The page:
Monday, May 22, 2017

The City's Main Street View From The 25th Floor

Since 2013, I've been working in the Lands of the Clouds (OK, this is a hyperbole :D). Between 2013 and 2014, I worked on the 20th floor, which happened to be the highest floor on the building, in Kuningan area of Jakarta.

Then in early 2015, I landed a job at the 25th floor of a building on Jl. Jend. Sudirman, which is one of the city's main streets. The building was famous in its era. I mean, everytime I said I worked on that building, people would say,"Wow, that building used to be very famous. It still exists?"

Today is my last active day, as I will take the remaining days of leave starting tomorrow and I will leave the office by the end of the month. As a memento, I'm taking some time to take photographs from this summit. And here they are...

My cubicle is right behind this view

There are still empty lots on Jl. Jend. Sudirman, this is just one of them.

More greeneries, please

The skyscrapers are fading on the southern edge

These views still can't beat my cousin's former workplace, which was located on the 46th floor of a building near the Hotel Indonesia traffic circle. Whenever there is a demonstration, they can monitor from above.

Tuesday, May 9, 2017

Of Men And Flowers

Say it with flowers, an adage says. The saying stands true for Jakartans who are currently in the middle of the War of Flowers between Basuki 'Ahok' Tjahja Purnama's supporters and Anies Baswedan's supporters (for example, this news). 

But let's get away from the humdrum of Jakarta's politics to Kolkata, India. I have a soft spot for India, perhaps because D has the facial features of South Asians (ha!).

National Geographic photographer Ken Hermann was on assignment in India a few years ago, and he decided to go to a flower market on his day off. He was drawn to how the male flower vendors carried their goods. So he came back to make a portrait series.

Flowers are used for everything in India, from festivals and parties to religious rituals. The variety is enormous, from brightly hues hibiscuses and vivid crimson roses to jasmine bouquets, fragrant lotus and magnolia flowers. The photographer decided to photograph the species that he saw the vendors carrying.

The photographer originally thought about including both sexes in the series, but the women were reluctant to have their pictures taken. So he focused exclusively on the male vendors. To get these guys to take a break from their work and pose under the midday sun, he wound up paying for many of the bunches he photographed.

These stoic, masculine men put on a macho face when they get their picture taken. But you can see that they carry their flowers -- their livelihood -- in a very gentle way. You can see more here.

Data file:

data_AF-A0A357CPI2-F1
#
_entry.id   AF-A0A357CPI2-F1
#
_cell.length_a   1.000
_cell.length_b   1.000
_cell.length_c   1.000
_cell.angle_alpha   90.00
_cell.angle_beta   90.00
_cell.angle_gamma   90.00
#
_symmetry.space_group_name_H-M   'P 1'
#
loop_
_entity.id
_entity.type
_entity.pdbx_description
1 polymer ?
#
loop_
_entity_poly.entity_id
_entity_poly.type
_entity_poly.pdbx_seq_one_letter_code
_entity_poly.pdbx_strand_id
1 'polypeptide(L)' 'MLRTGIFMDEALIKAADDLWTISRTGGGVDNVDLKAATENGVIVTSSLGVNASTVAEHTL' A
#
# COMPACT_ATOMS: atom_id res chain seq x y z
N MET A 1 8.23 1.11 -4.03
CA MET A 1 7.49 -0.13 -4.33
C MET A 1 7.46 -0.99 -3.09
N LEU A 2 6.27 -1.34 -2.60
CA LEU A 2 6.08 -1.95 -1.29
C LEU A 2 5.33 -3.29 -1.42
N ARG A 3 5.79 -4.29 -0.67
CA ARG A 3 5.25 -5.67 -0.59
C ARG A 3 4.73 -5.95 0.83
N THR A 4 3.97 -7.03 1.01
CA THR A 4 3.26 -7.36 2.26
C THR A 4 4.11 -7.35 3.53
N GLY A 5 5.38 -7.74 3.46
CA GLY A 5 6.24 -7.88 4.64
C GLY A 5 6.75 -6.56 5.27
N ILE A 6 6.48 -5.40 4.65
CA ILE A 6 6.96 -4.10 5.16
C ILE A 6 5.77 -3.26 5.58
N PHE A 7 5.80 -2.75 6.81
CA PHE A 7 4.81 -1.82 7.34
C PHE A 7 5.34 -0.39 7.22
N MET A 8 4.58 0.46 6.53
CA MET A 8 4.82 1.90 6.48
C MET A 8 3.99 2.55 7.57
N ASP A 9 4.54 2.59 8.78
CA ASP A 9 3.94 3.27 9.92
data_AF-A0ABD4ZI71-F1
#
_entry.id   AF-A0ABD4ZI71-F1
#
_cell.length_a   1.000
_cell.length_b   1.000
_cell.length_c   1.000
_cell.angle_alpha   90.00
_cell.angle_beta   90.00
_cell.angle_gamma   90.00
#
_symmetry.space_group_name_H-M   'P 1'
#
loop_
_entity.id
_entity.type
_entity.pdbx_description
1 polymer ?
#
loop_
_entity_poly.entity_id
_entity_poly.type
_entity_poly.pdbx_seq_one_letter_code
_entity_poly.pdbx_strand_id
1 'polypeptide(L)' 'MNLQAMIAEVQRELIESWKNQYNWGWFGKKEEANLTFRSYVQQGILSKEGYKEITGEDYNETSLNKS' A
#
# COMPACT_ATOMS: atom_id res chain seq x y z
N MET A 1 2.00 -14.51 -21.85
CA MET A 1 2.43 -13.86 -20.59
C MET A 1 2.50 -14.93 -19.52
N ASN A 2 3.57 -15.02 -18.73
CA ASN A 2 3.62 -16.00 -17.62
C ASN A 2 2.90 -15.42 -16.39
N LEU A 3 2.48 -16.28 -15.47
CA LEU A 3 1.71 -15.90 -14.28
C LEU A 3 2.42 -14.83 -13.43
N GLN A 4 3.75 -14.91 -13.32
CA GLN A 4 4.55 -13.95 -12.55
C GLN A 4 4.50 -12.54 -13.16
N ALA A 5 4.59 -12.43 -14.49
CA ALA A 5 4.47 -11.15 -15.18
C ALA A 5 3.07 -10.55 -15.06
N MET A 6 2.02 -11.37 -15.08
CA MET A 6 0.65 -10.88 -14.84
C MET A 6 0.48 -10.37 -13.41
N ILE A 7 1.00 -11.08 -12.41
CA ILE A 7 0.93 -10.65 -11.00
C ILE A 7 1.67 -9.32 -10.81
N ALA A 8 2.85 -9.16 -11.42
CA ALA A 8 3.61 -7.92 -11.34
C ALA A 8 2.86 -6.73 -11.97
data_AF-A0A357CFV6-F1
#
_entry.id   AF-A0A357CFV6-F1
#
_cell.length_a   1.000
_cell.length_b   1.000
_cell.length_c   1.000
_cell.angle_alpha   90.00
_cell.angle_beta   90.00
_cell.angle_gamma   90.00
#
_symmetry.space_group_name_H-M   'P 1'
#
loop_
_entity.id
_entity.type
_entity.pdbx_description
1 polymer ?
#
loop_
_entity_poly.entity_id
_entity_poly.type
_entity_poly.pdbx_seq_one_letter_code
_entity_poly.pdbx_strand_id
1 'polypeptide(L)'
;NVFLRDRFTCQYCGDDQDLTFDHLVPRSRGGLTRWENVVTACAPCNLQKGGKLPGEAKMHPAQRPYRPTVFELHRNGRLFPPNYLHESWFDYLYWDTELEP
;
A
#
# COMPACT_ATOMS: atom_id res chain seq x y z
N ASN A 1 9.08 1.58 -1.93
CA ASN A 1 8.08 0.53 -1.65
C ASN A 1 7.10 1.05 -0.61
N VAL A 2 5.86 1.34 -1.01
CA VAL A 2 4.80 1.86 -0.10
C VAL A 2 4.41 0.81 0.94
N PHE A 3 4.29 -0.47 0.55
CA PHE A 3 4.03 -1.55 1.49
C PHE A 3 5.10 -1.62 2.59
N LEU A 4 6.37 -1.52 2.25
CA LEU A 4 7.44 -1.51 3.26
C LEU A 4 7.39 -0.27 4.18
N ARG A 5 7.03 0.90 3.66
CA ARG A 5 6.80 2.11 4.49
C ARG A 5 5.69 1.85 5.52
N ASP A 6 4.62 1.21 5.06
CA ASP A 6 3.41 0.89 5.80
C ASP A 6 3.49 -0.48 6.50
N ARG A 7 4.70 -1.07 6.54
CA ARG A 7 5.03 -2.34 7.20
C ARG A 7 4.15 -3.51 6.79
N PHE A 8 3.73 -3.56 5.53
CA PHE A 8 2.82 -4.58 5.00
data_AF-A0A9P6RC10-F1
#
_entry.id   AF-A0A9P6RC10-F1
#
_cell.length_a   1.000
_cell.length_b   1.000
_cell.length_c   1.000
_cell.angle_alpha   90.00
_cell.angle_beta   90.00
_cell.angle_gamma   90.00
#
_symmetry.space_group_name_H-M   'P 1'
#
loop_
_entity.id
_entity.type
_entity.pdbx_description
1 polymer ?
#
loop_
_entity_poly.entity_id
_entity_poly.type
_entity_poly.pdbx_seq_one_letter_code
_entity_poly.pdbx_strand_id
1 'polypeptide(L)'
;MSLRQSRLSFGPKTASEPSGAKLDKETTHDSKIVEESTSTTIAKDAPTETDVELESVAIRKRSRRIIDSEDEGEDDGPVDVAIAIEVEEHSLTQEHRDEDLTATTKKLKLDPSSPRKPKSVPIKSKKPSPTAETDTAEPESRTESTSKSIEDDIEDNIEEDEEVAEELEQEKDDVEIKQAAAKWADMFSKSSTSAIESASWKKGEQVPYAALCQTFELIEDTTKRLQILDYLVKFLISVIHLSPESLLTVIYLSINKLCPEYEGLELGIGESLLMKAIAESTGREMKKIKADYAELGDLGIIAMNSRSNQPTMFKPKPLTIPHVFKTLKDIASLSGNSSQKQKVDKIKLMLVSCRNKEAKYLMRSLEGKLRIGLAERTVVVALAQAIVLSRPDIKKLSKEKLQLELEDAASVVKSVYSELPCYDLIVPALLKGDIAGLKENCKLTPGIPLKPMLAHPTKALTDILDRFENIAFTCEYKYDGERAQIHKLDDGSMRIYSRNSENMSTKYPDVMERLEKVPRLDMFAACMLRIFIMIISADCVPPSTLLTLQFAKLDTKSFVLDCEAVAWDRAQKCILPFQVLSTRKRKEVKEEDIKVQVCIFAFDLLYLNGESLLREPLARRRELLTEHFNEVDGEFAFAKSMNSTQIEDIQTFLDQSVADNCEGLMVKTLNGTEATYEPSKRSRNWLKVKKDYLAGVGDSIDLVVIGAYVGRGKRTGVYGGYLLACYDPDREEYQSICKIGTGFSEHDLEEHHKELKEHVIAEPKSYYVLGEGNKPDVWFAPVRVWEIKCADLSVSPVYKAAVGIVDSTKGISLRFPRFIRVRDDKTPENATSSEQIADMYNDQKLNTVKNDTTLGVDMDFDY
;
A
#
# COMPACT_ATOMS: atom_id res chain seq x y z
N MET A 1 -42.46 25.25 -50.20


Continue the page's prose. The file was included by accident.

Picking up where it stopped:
Tuesday, May 2, 2017

COP And DCOP

The project I'm working with at the moment has the best chief of party (COP) and deputy chief of party (DCOP) because they let us to carry out our work in the most comfortable way. The COP is a 70-year-old Briton, who has spend half of his life in Indonesia and speaks fluent Indonesian, while the DCOP is an energetic, caring lady.

Sometimes I felt like they were my parents, because the way they treated all employees was like how you'd treat a little kid.

COP's Most Famous Sayings
Between Monday and Thursday: Good bye, everyone. Don't be naughty, okay?
On Fridays: Have a good weekend, everyone. If you can't be good, be careful
A day before any National Holiday that falls in the middle of the week: You can leave early today, to avoid the congestion
Background information: any national holiday that falls in the middle of the week would mean a heavy congestion one day before the said holiday. Most people would take a leave and ditched the city for a few happy days.

Sometimes the DCOP caught COP still lingered and chatted with us, and such conversation took place...
DCOP: You're still here? I thought you already left
COP: I am leaving, I am just talking with them.

Noise Means Food
Situation: As I've said before, the office seems to have foods everyday. And everytime there is food, there is noise
DCOP: I heard a noise. There must be food here.
SR: Oh, all the food has been eaten.
DCOP: Already? Wow so fast.

When DCOP Is Attending A Piranha Event
Situation: DCOP has a clean eating regime, meaning she doesn't eat fritters, red meat and other unhealthy/junk food.
SR: Tomorrow, we'll have a fullboard menu, with donuts for breakfast, nasi uduk for lunch and icecream for afternoon snack.
DCOP: How about if we change the donuts with boiled eggs? I'll supply the eggs.
FNA: But...but...the donuts are important too...

Museum for The Old Phones
Situation:
DCOP: Does anyone have an iPhone charger?
Me: Which head does it use? The one with big head or small head?
DCOP: The one for iPhone 4?
Me: Oh the big one
COP: (happens to pass by) What is it? (looking at DCOP's mobilephone) What is that?
DCOP: It's my mobilephone
COP: It's still working? I think it should be in museum by now.
DCOP: (giving COP a stern look)

Wednesday, April 26, 2017

Another Muji Love Post

I haven't done a lot of posts on fashion. But my style remains unchanged: the simple casual. Here are 10 sets of Muji outfits that I like. I found them on Pinterest (Source).

PS. Previous post on Muji.

Friday, April 21, 2017

Kartini Day With The Piranhas

Kartini Day at the office has always been celebrated with the women wearing kebaya-kain combo and the men wearing batik. It sounds shallow, but it never cease to create a fun office atmosphere. Here are several photos of today's fun times.
 

The serious pose

The silly pose
The one with your color twin :D

Wednesday, April 19, 2017

Let's Tackle Fake News, One News At A Time

After doing the previous post on Masjid Raya Daan Mogot, I remembered a Whatsapp chat with a journo friend several months ago about the rise of fake news. We realized that there had been a lot of fake news circulating in social media.